My guess is that after tasting her cheese they saw the light, but that still didn't make it any easier for her to set up shop. Lazy Lady Farm and a few other tiny pioneer cheese operations literally helped write the book for small cheese production in the state of Vermont. And thank goodness they did, because the farmstead cheese movement is flourishing there like nowhere else, and we all get to reap (and eat) the benefits.

So what are we anticipating this week from Lazy Lady Farm? Well, it's hard to be sure. Being an endlessly curious cheese maker, Laini invents a new cheese pretty much every week, taking us with her on an oh-so-delicious tour de chevre. Last year, just to name a few, we were treated to Tomme de Lay, Condisend, Marbarella, Trillium, Crumb Cake, La Roche, Demitasse, La Petite Tomme... (you get the idea) So, if you've got a hankering for something goaty, come on in and see what those Lazy Ladies have been up to over the winter. Mischief... of the first order!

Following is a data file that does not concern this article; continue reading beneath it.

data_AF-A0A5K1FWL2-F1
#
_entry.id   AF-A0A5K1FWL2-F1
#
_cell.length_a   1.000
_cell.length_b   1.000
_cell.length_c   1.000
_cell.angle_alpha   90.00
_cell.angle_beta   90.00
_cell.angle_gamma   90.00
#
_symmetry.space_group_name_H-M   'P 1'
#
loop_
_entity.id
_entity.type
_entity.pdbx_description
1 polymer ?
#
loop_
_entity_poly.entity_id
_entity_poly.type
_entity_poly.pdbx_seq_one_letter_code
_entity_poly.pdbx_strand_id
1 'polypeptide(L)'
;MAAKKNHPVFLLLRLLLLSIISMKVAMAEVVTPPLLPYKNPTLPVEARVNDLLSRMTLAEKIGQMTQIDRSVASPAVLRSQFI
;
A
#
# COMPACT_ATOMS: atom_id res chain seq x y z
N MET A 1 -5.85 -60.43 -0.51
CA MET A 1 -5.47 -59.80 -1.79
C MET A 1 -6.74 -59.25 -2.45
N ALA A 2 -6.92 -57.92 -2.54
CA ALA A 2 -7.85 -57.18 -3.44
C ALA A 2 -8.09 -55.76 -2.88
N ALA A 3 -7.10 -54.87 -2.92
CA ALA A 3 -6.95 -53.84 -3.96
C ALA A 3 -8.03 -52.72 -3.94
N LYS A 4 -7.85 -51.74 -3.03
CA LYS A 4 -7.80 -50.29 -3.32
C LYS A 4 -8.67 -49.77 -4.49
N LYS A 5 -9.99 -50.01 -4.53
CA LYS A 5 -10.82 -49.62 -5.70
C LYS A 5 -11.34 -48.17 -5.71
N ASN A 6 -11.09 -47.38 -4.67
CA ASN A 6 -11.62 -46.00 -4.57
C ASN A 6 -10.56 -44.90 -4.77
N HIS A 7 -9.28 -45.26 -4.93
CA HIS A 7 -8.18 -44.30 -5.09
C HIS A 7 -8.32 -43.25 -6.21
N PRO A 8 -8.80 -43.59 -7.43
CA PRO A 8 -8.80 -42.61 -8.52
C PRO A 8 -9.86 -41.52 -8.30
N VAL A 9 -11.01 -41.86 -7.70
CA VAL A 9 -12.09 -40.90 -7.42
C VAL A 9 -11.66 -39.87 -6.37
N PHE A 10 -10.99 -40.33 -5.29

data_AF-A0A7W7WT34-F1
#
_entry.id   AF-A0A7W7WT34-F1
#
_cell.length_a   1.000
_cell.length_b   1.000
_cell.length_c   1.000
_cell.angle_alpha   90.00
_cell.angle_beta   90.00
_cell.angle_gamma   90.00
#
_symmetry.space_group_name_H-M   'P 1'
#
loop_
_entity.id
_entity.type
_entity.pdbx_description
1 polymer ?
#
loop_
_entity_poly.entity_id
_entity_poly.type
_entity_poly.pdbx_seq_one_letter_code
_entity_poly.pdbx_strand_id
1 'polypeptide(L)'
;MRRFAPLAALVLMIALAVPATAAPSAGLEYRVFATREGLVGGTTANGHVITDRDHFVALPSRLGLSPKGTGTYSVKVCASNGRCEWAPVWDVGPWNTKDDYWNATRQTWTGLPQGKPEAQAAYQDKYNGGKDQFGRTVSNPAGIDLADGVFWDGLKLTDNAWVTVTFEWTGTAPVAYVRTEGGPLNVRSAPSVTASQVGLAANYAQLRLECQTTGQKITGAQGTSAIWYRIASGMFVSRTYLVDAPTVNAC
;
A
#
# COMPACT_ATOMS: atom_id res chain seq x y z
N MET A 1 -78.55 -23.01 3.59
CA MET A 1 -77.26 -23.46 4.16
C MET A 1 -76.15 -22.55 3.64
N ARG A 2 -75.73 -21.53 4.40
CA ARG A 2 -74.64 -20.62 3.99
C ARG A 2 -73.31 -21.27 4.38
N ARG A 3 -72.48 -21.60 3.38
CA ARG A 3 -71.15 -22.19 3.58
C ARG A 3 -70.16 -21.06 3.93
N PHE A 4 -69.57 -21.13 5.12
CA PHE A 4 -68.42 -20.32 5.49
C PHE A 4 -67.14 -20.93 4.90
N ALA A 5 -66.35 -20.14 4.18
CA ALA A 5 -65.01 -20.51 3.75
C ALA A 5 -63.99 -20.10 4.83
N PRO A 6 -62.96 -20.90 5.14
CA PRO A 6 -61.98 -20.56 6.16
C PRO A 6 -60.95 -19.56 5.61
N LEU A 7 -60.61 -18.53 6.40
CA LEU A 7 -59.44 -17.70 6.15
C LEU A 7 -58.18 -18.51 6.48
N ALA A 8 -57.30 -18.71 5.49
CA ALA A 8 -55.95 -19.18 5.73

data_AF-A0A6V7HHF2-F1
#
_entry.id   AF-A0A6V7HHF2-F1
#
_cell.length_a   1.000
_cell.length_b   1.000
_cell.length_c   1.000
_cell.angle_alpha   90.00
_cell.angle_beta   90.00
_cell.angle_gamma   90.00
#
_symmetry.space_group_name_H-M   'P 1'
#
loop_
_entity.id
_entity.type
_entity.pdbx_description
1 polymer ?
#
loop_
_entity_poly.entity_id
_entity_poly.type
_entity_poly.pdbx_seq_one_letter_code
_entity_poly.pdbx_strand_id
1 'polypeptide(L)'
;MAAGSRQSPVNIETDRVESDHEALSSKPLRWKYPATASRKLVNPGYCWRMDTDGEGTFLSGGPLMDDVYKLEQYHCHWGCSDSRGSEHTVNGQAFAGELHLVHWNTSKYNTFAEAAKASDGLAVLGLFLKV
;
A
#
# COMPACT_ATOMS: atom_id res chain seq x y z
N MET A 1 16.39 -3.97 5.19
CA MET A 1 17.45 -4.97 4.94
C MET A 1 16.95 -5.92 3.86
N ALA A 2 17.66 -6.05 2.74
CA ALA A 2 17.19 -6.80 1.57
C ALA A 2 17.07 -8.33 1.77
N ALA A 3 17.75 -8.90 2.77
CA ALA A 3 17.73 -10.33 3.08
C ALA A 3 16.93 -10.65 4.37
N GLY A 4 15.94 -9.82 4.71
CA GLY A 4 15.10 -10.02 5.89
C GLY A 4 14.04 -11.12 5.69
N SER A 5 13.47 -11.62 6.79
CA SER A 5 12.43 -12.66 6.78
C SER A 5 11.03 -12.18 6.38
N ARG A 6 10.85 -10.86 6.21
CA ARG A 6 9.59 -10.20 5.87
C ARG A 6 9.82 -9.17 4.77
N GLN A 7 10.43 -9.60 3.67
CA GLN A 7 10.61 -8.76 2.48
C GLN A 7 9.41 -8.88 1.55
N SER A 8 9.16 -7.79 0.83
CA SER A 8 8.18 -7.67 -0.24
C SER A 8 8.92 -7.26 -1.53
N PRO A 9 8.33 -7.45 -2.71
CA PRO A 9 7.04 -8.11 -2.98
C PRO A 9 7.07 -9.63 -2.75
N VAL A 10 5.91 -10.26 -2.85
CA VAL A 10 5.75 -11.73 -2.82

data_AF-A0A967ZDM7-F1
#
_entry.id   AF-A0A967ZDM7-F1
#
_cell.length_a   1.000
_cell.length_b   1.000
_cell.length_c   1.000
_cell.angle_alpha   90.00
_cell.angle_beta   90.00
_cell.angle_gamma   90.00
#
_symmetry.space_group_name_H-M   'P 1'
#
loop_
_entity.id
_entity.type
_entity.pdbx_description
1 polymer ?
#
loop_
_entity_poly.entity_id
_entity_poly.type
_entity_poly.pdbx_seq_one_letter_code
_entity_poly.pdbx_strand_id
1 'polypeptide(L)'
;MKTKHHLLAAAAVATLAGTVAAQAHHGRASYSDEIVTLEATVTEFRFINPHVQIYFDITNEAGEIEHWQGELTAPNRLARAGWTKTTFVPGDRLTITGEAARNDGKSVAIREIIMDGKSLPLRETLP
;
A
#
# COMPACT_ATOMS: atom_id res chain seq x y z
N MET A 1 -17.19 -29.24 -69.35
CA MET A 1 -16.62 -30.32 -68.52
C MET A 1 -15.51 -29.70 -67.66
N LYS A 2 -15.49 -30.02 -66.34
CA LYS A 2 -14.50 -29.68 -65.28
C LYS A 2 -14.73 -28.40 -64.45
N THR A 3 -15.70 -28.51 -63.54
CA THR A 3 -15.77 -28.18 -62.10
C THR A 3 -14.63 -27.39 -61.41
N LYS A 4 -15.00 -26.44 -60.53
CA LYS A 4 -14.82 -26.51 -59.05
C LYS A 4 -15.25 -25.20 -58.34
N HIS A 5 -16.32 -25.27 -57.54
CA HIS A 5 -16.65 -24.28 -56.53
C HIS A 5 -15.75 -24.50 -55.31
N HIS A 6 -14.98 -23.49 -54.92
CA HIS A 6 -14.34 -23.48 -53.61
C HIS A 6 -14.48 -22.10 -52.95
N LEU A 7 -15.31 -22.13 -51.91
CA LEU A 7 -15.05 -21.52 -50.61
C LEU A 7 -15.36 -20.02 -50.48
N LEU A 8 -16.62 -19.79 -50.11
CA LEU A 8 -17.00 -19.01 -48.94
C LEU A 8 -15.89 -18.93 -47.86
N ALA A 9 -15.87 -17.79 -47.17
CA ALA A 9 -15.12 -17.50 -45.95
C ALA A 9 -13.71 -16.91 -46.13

Don't Forget! Saxelby Cheesemongers Day A-Whey Trip to Mecox Bay Dairy is Sunday, May 4th. Check out the website for more details!